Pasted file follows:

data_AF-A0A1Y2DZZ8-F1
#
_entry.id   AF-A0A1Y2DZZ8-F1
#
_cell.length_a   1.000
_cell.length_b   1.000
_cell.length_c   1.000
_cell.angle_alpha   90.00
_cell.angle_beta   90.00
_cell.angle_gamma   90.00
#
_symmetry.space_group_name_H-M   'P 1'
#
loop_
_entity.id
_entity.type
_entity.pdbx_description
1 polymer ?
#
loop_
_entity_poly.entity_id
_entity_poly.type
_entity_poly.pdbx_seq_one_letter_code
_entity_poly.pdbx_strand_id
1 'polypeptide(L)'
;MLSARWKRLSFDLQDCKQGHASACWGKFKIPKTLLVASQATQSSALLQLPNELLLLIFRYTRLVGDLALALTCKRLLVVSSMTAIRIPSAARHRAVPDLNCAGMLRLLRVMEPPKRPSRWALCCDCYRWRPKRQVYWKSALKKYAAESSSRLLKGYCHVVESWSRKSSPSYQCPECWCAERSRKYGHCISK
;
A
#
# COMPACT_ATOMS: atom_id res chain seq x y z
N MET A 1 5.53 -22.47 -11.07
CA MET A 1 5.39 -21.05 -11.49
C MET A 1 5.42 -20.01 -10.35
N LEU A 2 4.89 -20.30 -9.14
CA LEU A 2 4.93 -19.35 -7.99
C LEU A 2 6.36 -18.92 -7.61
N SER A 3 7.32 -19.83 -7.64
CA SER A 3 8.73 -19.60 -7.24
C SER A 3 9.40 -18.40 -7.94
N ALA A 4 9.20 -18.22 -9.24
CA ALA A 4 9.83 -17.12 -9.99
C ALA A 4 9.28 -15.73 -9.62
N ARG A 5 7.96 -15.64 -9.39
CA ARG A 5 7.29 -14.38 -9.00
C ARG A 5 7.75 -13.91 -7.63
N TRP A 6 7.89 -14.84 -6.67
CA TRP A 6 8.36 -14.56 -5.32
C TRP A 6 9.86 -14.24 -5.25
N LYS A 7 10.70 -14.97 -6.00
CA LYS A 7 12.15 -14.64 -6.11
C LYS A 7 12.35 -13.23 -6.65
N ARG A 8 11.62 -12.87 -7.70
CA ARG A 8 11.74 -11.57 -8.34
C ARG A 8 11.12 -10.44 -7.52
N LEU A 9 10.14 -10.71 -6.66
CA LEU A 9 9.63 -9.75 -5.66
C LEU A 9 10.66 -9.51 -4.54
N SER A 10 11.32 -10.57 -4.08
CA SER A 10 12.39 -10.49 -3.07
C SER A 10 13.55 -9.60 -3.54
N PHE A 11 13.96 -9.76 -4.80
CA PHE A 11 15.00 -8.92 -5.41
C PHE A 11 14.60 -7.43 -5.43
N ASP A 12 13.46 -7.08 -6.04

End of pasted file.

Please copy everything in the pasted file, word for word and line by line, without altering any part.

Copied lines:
data_AF-A0A1Y2DZZ8-F1
#
_entry.id   AF-A0A1Y2DZZ8-F1
#
_cell.length_a   1.000
_cell.length_b   1.000
_cell.length_c   1.000
_cell.angle_alpha   90.00
_cell.angle_beta   90.00
_cell.angle_gamma   90.00
#
_symmetry.space_group_name_H-M   'P 1'
#
loop_
_entity.id
_entity.type
_entity.pdbx_description
1 polymer ?
#
loop_
_entity_poly.entity_id
_entity_poly.type
_entity_poly.pdbx_seq_one_letter_code
_entity_poly.pdbx_strand_id
1 'polypeptide(L)'
;MLSARWKRLSFDLQDCKQGHASACWGKFKIPKTLLVASQATQSSALLQLPNELLLLIFRYTRLVGDLALALTCKRLLVVSSMTAIRIPSAARHRAVPDLNCAGMLRLLRVMEPPKRPSRWALCCDCYRWRPKRQVYWKSALKKYAAESSSRLLKGYCHVVESWSRKSSPSYQCPECWCAERSRKYGHCISK
;
A
#
# COMPACT_ATOMS: atom_id res chain seq x y z
N MET A 1 5.53 -22.47 -11.07
CA MET A 1 5.39 -21.05 -11.49
C MET A 1 5.42 -20.01 -10.35
N LEU A 2 4.89 -20.30 -9.14
CA LEU A 2 4.93 -19.35 -7.99
C LEU A 2 6.36 -18.92 -7.61
N SER A 3 7.32 -19.83 -7.64
CA SER A 3 8.73 -19.60 -7.24
C SER A 3 9.40 -18.40 -7.94
N ALA A 4 9.20 -18.22 -9.24
CA ALA A 4 9.83 -17.12 -9.99
C ALA A 4 9.28 -15.73 -9.62
N ARG A 5 7.96 -15.64 -9.39
CA ARG A 5 7.29 -14.38 -9.00
C ARG A 5 7.75 -13.91 -7.63
N TRP A 6 7.89 -14.84 -6.67
CA TRP A 6 8.36 -14.56 -5.32
C TRP A 6 9.86 -14.24 -5.25
N LYS A 7 10.70 -14.97 -6.00
CA LYS A 7 12.15 -14.64 -6.11
C LYS A 7 12.35 -13.23 -6.65
N ARG A 8 11.62 -12.87 -7.70
CA ARG A 8 11.74 -11.57 -8.34
C ARG A 8 11.12 -10.44 -7.52
N LEU A 9 10.14 -10.71 -6.66
CA LEU A 9 9.63 -9.75 -5.66
C LEU A 9 10.66 -9.51 -4.54
N SER A 10 11.32 -10.57 -4.08
CA SER A 10 12.39 -10.49 -3.07
C SER A 10 13.55 -9.60 -3.54
N PHE A 11 13.96 -9.76 -4.80
CA PHE A 11 15.00 -8.92 -5.41
C PHE A 11 14.60 -7.43 -5.43
N ASP A 12 13.46 -7.08 -6.04